Accepted Paper:

Insect magnetism  


Stéphane Rennesson (EHESS-CNRS)
Emmanuel Grimaud (CNRS)

Paper short abstract:

Despite the fact insects and human beings can’t share any mental images, representations nor joint frame of attention, the beetle fighting in Northern Thailand shows they can yet cooperate on the basis of a magnetic field that carries signals that remain hardly interpretable and whose effects are unstable

Paper long abstract:

How can we, human beings, coordinate actions with animals? As such, the Rhinoceros beetle fighting scene in northern Thailand explores a puzzling technique of bringing together human and animal action. We intend to show through the study of this game that some cases invite us to specify our understanding of the notion of cooperation. What can the breeder-players share with their beetles called locally kwaang? Representations? Mental images? Probably not. A common context of attention or something like that? The answer to this question is far from being self evident because the partners of the game don't share the same perceptive and cognitive abilities, the same "umvelt" after the expression of Jakob Von Uexküll.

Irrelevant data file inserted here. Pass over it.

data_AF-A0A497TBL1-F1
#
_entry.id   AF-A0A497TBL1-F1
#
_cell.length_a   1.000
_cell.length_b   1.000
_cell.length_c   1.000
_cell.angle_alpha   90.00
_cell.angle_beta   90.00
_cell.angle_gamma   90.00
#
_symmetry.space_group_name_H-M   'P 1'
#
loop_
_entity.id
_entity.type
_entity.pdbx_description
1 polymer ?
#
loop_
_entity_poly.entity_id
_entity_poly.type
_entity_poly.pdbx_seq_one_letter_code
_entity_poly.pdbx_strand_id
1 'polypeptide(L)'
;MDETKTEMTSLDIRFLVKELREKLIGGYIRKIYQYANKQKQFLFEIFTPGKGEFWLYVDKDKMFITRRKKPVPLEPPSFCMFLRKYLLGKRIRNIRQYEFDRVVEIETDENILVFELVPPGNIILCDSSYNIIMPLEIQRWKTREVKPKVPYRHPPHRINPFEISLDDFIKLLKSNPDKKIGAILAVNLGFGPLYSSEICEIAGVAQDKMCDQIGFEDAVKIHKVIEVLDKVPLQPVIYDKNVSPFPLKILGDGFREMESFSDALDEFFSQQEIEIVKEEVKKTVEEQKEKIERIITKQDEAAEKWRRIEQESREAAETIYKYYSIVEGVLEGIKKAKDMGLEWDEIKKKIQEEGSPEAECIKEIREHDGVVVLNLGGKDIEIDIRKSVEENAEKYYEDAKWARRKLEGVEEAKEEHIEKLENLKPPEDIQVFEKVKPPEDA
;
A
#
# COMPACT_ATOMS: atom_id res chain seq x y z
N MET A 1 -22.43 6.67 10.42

Nevertheless, amateurs agree on the fact that if the kwaang can't be really tamed, but since they are sensible to vibration one can however try to enhance their fighting potentialities and to guide them by tactile means during the fight. The Rhinoceros beetles finally prove to be profoundly ambiguous animals, at the same time remarkably obedient and nervous as they can alternatively be easily controlled and escape suddenly the fighting device elaborated by humans. In order to decipher the logic at stake behind the kind of vibratory field elaborated and maintained by the players and their insect, we shall draw on enlarged theories of communication that evades semiotic interpretations that seems inappropriate.

Panel IW005
Phénoménographies du doute (FR or EN)